OBJECTIVE: To investigate Australian medical student burn-out during rural clinical placement. Second, to examine the association between perceived burn-out and rural career intent at the time of finishing their rural placement.
DESIGN, SETTINGS AND PARTICIPANTS: The 2016 Federation of Rural Australian Medical Educators evaluation survey is a cross-sectional study of medical students from 17 Australian universities. Specifically, those medical students who completed a full academic year or more at a Rural Clinical School (RCS). Responses from 638 medical students from regional Australia were analysed in the study of all eligible 756 medical students (response rate 84.3%).
PRIMARY AND SECONDARY OUTCOME MEASURES: The primary objective was to determine self-reported burn-out (emotional exhaustion) in rural placements for medical students. Secondary outcome measures were designed to explore interactions with rural practice self-efficacy and rural intentions. Logistic regression models explored factors associated with burn-out.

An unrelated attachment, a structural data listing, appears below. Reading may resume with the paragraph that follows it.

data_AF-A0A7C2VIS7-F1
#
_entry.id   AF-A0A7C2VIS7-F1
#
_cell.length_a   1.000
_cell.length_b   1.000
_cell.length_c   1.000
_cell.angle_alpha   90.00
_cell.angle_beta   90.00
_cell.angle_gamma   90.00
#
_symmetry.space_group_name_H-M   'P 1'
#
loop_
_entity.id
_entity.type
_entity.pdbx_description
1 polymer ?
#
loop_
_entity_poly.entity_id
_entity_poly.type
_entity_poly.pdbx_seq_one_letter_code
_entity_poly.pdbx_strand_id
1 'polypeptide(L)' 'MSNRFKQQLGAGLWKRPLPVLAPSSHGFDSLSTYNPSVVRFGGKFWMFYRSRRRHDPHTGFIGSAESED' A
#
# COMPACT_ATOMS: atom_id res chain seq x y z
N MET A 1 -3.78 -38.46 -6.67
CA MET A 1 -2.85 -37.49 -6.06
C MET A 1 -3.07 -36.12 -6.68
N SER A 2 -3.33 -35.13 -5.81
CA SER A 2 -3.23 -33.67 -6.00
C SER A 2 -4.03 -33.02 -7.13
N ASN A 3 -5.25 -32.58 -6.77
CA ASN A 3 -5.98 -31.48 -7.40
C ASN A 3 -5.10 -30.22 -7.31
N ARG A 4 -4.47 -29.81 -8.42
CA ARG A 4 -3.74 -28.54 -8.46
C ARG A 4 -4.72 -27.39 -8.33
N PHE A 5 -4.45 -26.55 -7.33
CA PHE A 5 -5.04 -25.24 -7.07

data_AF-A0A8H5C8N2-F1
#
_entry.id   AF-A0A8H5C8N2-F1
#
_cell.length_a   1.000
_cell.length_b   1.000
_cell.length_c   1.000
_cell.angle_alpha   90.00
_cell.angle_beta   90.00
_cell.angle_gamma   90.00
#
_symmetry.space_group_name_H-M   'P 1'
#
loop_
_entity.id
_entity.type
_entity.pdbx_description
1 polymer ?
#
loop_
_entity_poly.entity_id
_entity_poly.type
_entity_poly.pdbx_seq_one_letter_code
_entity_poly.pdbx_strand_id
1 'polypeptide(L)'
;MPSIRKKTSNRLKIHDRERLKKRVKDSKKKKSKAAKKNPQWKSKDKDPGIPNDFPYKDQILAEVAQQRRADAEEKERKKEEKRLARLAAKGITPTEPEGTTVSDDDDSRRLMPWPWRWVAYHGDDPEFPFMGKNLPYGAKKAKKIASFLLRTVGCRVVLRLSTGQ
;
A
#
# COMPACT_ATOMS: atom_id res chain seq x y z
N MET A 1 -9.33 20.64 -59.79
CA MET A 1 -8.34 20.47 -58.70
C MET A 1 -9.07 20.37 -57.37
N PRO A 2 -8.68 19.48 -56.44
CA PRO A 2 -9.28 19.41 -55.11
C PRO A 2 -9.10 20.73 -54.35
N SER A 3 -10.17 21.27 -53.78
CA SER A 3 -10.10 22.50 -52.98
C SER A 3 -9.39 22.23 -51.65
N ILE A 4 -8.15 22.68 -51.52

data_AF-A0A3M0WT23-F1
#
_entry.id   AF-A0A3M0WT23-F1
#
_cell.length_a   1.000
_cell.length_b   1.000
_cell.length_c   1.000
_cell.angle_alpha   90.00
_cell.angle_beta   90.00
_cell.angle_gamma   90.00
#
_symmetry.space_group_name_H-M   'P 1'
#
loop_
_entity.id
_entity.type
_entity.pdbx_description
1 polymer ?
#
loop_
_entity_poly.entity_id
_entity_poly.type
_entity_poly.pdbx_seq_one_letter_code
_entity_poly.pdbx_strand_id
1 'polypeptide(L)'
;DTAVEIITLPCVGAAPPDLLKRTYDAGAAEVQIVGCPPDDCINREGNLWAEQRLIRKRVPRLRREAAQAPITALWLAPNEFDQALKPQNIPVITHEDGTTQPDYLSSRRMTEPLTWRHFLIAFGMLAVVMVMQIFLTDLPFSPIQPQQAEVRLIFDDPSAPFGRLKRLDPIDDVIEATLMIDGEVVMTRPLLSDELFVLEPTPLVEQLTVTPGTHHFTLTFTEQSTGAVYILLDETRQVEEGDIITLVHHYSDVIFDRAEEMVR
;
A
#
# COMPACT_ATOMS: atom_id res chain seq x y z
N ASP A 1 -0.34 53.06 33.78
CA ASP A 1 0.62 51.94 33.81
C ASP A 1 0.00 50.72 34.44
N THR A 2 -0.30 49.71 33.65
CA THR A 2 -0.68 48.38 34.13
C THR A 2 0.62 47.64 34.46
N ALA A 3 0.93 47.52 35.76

RESULTS: 26.5% of students reported experiencing burn-out during a rural placement. Factors associated with burn-out were female gender, rural origin, low preference for RCS, stress in the year prior to a rural clinical placement, perceived social isolation during rural placement and lower rural practice self-efficacy. Burn-out was not associated with rural career intentions. Social isolation and low rural self-efficacy were independently associated with burn-out during rural placement and together explained 10% of variance in burn-out (Model Nagelkerke R2=0.23).
CONCLUSION: Burn-out during rural placement may be a consequence of stress prior to a medical school placement. Social isolation and rural self-efficacy are amendable factors to mitigate medical student burn-out during rural placements.
|Publication status||Published - 09 Jul 2019|